From Oct. 6, 2018 to Jan. 7, 2019, the Audain Art Museum hosts a special exhibition Ancestral Modern: Australian Aboriginal Art from the Kaplan & Levi Collection, organized by the American Federation of Arts. The
exhibition presents spectacular works of contemporary art by Indigenous Australian
and Torres Strait Islands artists. Ground-breaking, featured artists Rover Thomas
and Emily Kam Kngwarray adapted traditional Aboriginal styles and materials used
in body painting and ground painting to the canvas.
Part of the Audain’s mandate is to bring art from around the world to Whistler
to expose visitors and members to different art forms and techniques. “There are
a lot of these different paintings that are done on bark and working with natural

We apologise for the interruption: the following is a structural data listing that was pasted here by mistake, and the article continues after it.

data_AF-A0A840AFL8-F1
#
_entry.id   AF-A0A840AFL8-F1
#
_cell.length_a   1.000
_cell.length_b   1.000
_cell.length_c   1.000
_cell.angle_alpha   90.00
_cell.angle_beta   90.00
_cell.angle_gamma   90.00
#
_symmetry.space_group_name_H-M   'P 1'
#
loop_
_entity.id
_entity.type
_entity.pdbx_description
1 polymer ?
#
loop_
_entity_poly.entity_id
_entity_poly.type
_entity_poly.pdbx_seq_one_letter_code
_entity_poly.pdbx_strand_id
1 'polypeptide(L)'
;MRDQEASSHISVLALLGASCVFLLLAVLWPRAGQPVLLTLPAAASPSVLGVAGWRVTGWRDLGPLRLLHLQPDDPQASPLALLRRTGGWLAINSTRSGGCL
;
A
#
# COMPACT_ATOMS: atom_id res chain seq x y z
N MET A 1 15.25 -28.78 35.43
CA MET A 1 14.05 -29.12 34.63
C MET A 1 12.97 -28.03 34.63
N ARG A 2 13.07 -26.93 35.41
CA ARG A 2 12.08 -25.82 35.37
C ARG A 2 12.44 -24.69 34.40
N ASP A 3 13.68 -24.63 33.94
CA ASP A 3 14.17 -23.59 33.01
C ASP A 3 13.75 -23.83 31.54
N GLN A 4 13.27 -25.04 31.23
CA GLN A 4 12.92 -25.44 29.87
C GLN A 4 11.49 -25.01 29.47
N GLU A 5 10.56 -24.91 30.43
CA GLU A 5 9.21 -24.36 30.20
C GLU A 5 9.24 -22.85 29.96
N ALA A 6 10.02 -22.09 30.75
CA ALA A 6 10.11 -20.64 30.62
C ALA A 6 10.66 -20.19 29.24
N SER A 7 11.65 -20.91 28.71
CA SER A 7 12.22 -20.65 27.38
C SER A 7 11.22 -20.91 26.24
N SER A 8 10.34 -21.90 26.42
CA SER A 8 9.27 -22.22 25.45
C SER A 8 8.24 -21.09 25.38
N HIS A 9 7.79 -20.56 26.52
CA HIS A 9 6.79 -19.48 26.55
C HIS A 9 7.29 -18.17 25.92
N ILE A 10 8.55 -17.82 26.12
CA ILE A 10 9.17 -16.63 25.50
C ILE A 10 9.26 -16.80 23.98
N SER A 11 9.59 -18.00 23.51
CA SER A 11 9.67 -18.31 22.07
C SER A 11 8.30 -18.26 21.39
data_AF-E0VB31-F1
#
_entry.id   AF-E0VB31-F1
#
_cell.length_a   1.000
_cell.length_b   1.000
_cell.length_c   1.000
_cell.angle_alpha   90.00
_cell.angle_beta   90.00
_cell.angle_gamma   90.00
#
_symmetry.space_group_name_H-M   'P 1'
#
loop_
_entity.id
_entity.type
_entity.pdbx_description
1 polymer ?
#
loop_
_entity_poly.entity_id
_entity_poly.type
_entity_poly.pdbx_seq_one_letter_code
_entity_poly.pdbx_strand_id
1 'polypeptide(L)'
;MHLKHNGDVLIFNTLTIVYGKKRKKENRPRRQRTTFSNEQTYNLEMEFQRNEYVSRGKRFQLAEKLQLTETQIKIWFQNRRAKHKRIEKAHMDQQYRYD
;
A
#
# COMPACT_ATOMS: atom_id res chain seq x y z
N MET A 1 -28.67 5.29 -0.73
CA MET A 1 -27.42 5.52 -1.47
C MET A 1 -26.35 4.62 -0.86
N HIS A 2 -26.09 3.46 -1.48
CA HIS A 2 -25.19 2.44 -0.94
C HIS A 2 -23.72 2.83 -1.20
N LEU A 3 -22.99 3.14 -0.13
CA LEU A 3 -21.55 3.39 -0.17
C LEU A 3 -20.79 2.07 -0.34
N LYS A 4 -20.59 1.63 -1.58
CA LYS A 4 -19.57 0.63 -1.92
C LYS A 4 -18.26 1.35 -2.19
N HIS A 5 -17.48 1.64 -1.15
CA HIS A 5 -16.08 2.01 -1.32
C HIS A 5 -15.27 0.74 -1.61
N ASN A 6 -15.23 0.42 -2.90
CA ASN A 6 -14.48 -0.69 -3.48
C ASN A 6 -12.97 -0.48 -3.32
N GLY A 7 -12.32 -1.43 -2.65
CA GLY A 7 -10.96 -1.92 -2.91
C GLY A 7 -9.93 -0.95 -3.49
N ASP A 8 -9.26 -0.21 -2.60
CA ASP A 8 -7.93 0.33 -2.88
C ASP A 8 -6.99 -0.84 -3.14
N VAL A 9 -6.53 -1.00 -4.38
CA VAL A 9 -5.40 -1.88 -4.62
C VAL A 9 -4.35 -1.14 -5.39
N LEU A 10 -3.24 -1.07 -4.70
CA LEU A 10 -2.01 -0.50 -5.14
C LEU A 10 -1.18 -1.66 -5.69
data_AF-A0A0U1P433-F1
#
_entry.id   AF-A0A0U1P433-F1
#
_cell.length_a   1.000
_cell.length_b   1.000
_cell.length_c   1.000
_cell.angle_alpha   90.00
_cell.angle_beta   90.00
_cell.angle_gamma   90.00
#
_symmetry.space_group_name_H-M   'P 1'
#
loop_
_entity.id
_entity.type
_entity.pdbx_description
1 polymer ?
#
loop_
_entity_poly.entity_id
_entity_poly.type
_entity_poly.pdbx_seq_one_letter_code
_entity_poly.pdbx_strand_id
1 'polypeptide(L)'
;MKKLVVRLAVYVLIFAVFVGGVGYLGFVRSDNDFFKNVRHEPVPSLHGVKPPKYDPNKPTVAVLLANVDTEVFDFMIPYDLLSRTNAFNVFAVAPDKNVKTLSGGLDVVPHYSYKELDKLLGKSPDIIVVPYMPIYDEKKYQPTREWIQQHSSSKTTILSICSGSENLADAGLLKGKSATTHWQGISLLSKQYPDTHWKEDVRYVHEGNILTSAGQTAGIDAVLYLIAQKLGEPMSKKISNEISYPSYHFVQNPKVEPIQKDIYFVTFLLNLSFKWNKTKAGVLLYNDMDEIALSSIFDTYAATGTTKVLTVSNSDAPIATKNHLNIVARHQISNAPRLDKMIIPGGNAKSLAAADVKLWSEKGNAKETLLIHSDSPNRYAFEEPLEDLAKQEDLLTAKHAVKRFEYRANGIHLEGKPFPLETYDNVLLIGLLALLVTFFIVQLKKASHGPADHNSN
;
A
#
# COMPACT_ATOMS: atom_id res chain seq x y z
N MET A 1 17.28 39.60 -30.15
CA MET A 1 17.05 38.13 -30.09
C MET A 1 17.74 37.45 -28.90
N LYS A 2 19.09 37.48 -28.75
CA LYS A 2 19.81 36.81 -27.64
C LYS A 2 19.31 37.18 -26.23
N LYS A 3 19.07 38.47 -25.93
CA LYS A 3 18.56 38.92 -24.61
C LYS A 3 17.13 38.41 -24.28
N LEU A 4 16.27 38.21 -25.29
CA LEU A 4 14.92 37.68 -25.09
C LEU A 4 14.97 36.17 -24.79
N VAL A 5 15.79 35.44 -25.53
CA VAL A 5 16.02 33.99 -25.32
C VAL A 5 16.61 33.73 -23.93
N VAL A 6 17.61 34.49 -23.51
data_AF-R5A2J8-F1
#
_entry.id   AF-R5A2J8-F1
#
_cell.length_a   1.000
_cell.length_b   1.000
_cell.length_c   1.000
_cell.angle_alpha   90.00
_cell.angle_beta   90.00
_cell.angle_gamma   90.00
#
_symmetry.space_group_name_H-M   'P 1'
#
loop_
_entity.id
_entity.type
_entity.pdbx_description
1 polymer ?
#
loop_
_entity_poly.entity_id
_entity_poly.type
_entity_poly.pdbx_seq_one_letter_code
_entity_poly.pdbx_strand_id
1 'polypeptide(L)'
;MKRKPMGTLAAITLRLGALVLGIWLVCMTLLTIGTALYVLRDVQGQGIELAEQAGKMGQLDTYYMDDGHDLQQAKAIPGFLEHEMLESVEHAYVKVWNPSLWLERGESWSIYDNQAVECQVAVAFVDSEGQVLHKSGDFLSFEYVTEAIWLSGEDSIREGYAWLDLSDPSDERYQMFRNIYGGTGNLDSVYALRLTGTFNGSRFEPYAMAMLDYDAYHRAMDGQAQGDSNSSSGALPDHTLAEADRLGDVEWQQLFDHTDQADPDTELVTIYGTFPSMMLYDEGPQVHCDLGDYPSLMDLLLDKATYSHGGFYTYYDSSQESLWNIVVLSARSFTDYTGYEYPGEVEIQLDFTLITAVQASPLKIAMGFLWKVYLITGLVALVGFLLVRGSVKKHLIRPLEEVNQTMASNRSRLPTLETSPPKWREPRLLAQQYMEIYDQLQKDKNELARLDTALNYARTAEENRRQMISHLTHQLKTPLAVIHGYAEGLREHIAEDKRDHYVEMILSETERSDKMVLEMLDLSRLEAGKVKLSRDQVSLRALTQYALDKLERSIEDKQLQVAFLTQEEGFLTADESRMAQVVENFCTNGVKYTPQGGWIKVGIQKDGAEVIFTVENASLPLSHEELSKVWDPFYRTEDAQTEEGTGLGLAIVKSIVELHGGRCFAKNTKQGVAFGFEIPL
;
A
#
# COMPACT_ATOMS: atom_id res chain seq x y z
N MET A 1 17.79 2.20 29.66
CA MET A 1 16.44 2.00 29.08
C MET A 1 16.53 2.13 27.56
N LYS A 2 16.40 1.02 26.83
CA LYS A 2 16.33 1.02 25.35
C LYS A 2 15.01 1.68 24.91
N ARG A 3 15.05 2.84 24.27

pigments and there is a heavy emphasis on design and pattern which we don’t
always see in contemporary Indigenous West Coast art,” Martens notes.
“I think that what our viewers will really appreciate is the fact that they are very
much different visual conceptions of the land and animals that are specific to
Australia,” says Dr. Curtis Collins, incoming director and curator of the Audain.
The Western tradition of depicting landscapes uses techniques of horizon lines
and three-dimensional perspectives is very different from the representations
of the vast desert landscapes of Australia. Kngwarray’s work displays images of
interconnecting layers of lines and dots that depict the landscape with a
TOMMY MI TCHELL
SYNTHE TIC POLYMER PAINT ON CANVAS
40 X 60 IN.
Promised gift of Margaret Levi and Robert Kaplan to the Seattle Art Museum
© Tommy Mitchell
Courtesy American Federation of Arts
DUNDI WUY WANAMBI
WUYAL WITH DHULAKU THE EURO, 1991